• 5 The members shall be elected on the system of proportional representation by means of the single transferable vote.

  • 6 No law shall be enacted whereby the number of members to be returned for any constituency shall be less than three.

3.

  • 1 Dáil Éireann éireann shall be summoned and dissolved as provided by section 2 of Article 13 of this Constitution.

  • 2 A general election for members of Dáil...

To continue reading

Request your trial
3 cases
  • King v Minister for Environment
    • Ireland
    • High Court
    • December 19, 2003
    ...did not, of itself, oblige the State to tailor the law to suit their special needs. 87 In O'Reilly v. The Minister for Environment [1986] I.R. 143, the High Court rejected the plaintiff's challenge to the alphabetical ordering of candidates names on the ballot paper, holding that such orde......
  • Kelly v Minister for Environment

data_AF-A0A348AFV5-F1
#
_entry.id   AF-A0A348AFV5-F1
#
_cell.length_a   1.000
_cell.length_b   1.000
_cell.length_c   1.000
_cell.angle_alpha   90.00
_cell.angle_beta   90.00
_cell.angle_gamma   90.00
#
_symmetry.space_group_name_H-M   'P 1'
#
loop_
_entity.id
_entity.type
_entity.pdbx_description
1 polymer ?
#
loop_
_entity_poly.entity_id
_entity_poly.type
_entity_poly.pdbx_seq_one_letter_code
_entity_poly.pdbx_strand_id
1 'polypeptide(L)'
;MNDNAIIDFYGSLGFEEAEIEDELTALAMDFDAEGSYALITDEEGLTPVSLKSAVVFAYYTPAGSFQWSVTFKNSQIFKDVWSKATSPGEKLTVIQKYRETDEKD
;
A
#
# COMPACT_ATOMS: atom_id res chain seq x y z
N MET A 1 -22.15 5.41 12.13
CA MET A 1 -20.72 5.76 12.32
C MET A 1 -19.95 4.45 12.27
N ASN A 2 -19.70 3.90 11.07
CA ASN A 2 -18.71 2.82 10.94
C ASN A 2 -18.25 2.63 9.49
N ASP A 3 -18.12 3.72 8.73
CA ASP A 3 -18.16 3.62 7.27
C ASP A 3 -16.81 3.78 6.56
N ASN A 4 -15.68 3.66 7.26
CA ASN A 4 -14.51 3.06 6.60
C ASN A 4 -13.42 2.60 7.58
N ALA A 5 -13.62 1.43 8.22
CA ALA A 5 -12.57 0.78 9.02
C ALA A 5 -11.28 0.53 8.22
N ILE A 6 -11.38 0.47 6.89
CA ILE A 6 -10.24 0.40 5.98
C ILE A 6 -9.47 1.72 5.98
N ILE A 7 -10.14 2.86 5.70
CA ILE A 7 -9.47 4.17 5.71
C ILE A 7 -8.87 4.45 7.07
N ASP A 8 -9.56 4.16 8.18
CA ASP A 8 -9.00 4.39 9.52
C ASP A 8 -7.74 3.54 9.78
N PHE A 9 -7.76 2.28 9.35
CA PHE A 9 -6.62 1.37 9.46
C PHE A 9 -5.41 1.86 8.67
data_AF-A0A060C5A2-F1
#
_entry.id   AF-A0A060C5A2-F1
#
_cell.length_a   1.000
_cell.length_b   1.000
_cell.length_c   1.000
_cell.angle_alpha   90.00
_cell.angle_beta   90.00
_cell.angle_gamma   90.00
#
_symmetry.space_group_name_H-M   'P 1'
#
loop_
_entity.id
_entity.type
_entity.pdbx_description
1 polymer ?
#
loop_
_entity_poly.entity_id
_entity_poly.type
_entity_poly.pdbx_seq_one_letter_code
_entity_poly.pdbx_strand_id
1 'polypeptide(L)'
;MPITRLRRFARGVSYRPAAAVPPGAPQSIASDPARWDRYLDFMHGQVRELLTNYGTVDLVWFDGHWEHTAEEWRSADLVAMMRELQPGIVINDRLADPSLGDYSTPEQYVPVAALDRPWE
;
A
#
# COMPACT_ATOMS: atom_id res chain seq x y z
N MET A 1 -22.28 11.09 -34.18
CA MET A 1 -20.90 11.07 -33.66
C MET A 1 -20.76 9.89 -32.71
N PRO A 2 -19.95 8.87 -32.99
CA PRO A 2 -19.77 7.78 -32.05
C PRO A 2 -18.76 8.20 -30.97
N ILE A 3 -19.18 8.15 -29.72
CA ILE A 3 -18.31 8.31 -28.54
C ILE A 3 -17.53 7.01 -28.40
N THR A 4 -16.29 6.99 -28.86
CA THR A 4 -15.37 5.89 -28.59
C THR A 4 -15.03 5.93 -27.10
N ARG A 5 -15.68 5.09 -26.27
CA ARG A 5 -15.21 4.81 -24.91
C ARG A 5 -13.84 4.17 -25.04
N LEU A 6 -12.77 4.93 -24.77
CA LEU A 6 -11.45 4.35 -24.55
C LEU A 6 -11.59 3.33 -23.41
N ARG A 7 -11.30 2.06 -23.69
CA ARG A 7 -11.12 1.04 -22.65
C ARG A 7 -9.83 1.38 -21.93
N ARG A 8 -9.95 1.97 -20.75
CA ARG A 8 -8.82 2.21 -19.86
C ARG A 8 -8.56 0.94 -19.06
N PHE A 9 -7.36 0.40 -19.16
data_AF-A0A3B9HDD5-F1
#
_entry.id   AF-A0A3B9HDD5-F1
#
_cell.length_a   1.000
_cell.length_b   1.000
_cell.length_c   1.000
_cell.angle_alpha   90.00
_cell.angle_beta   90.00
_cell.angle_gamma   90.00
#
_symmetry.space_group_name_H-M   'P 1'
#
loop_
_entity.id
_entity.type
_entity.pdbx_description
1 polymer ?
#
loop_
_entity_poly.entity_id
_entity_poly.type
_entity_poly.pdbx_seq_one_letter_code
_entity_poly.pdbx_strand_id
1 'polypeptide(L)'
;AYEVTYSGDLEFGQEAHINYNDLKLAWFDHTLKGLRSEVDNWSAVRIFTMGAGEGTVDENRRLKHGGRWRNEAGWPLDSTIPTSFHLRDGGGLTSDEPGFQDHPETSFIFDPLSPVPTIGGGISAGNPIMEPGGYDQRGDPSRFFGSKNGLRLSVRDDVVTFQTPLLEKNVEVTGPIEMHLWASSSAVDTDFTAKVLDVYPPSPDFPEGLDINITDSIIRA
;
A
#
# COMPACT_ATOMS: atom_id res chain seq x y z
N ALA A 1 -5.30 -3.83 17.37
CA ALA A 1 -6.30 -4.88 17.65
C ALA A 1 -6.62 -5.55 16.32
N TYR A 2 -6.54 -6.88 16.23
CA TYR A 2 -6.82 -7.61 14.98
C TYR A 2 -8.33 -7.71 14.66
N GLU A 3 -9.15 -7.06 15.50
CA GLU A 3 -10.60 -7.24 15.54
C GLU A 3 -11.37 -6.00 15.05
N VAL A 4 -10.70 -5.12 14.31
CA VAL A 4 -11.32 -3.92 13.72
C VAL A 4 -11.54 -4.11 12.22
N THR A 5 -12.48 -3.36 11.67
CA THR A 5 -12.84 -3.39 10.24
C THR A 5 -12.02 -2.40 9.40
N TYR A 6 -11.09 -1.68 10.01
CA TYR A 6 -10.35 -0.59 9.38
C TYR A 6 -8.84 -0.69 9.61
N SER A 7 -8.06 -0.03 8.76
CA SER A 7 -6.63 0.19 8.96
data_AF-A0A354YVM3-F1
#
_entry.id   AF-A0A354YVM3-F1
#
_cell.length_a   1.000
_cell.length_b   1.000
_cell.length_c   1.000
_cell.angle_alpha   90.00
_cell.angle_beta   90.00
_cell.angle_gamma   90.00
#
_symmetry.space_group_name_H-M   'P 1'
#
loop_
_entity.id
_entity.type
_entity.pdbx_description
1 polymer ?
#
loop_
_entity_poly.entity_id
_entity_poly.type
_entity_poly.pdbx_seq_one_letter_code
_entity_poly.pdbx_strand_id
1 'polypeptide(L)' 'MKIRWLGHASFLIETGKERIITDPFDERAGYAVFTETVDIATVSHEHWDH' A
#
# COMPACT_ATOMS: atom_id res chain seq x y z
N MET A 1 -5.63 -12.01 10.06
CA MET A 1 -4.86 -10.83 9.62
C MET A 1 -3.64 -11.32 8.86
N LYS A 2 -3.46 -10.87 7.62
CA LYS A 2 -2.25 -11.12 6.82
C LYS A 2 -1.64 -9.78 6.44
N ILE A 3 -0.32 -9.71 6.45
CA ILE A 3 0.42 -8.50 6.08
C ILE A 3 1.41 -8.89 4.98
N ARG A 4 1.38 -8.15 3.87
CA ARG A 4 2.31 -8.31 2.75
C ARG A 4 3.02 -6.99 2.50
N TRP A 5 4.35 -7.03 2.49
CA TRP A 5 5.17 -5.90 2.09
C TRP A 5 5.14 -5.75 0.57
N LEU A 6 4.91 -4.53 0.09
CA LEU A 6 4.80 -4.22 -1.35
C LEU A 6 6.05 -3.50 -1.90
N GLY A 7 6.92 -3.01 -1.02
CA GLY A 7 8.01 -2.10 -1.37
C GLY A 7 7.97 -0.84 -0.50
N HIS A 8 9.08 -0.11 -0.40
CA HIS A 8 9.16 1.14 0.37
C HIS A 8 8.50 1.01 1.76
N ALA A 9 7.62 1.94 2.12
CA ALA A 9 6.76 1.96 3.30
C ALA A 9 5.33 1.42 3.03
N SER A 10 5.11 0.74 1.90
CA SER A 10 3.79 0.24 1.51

• Ireland
    • High Court
    • May 16, 2002
    ...ACT 2001 S22(2)(b)(ii) ELECTORAL ACT 1997 S32(1) MCKENNA V AN TAOISEACH & ORS NO 2 1995 2 IR 10 O'REILLY V MIN FOR ENVIRONMENT & AG 1986 IR 143 COUGHLAN V BROADCASTING COMPLAINTS COMMISSION, RTE & AG 2000 3 IR 1 REDMOND V MIN FOR ENVIRONMENT, IRELAND & AG UNREP HERBERT 31/7/2001 ART 26 &......
  • Green v South Eastern Health Board
    • Ireland
    • High Court
    • December 11, 1987
    ...1984 ILRM 413 DPP V OLYMPIC AMUSEMENTS BUNDORAN 1987 ILRM 320 HAMILTON V HAMILTON 1982 IR 466, 1982 ILRM 290 O'REILLY V MIN ENVIRONMENT 1986 IR 143 CLARKE, STATE V ROCHE 1987 ILRM 309 BENNION ON STATUTORY INTERPRETATION SELANGOR UNITED RUBBER V CRADDOCK 1969 1 WLR 1773 CALCUL INTERNATIONAL ......

VLEX uses login cookies to provide you with a better browsing experience. If you click on 'Accept' or continue browsing this site we consider that you accept our cookie policy. ACCEPT